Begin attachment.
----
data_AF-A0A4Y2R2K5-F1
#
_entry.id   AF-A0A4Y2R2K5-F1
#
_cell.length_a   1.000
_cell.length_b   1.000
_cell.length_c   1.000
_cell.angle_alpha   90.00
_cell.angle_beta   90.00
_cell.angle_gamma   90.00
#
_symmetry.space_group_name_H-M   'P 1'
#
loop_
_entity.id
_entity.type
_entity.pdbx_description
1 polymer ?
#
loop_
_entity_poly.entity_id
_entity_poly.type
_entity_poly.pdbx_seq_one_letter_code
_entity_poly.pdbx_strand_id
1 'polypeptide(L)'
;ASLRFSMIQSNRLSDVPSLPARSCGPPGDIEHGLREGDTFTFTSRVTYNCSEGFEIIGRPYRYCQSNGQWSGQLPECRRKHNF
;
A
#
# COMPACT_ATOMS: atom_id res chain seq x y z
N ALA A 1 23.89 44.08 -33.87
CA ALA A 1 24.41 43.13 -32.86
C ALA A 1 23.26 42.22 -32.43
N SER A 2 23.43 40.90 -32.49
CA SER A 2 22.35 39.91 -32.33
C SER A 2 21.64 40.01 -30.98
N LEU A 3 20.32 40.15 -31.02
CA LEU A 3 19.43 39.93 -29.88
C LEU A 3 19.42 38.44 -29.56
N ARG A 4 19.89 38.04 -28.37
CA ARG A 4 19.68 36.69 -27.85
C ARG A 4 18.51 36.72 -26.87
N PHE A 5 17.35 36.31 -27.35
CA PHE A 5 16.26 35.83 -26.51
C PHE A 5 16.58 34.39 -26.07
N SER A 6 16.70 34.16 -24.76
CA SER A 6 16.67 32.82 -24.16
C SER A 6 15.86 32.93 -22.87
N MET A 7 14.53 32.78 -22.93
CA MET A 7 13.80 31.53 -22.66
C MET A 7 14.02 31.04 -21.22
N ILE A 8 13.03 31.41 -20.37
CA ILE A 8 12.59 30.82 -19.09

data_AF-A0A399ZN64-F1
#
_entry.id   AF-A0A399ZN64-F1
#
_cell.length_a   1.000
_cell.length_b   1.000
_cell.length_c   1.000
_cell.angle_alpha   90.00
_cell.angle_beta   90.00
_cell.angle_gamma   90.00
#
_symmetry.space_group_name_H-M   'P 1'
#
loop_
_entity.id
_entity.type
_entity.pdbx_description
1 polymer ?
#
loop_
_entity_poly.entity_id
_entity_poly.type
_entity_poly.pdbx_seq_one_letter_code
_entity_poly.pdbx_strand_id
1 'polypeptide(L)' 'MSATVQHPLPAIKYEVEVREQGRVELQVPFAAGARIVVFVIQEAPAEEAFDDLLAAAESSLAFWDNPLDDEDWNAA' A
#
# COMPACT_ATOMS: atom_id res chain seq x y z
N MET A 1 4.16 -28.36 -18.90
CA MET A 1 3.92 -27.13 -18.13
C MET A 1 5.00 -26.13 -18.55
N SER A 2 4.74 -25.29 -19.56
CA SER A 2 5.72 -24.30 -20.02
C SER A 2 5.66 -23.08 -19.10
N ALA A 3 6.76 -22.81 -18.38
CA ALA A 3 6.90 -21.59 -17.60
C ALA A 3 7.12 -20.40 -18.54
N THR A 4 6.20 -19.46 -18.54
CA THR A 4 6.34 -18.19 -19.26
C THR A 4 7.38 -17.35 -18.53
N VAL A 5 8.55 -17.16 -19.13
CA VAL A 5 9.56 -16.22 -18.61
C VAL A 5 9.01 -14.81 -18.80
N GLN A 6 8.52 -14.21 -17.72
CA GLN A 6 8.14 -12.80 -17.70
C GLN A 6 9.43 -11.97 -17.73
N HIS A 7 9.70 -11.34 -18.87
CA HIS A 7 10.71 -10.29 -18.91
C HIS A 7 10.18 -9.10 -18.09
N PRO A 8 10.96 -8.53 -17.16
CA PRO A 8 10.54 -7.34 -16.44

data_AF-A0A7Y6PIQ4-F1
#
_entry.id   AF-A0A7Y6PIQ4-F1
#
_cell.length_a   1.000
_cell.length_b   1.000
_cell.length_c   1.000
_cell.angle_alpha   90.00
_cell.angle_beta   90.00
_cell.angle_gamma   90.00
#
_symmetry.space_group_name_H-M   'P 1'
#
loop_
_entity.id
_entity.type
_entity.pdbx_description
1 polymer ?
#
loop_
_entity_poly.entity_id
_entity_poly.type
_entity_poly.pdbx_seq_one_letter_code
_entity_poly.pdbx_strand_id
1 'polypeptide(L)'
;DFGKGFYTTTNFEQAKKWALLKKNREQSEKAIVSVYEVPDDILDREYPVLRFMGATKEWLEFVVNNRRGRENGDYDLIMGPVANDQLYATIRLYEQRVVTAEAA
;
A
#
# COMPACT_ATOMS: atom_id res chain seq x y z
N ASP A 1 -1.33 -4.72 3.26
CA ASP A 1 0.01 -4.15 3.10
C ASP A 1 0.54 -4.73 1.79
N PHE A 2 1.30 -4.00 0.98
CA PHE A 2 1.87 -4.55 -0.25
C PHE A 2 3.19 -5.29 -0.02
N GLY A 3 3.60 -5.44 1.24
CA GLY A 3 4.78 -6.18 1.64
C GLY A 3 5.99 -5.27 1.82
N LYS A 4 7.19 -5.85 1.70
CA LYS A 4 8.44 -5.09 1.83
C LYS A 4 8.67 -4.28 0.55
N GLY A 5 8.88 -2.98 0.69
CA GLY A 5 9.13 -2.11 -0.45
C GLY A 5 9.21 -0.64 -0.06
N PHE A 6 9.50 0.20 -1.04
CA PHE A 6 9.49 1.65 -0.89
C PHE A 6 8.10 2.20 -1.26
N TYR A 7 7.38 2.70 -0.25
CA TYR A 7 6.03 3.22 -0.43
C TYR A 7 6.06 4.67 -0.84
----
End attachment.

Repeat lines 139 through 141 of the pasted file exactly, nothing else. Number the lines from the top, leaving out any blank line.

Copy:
C PHE A 2 3.19 -5.29 -0.02
N GLY A 3 3.60 -5.44 1.24
CA GLY A 3 4.78 -6.18 1.64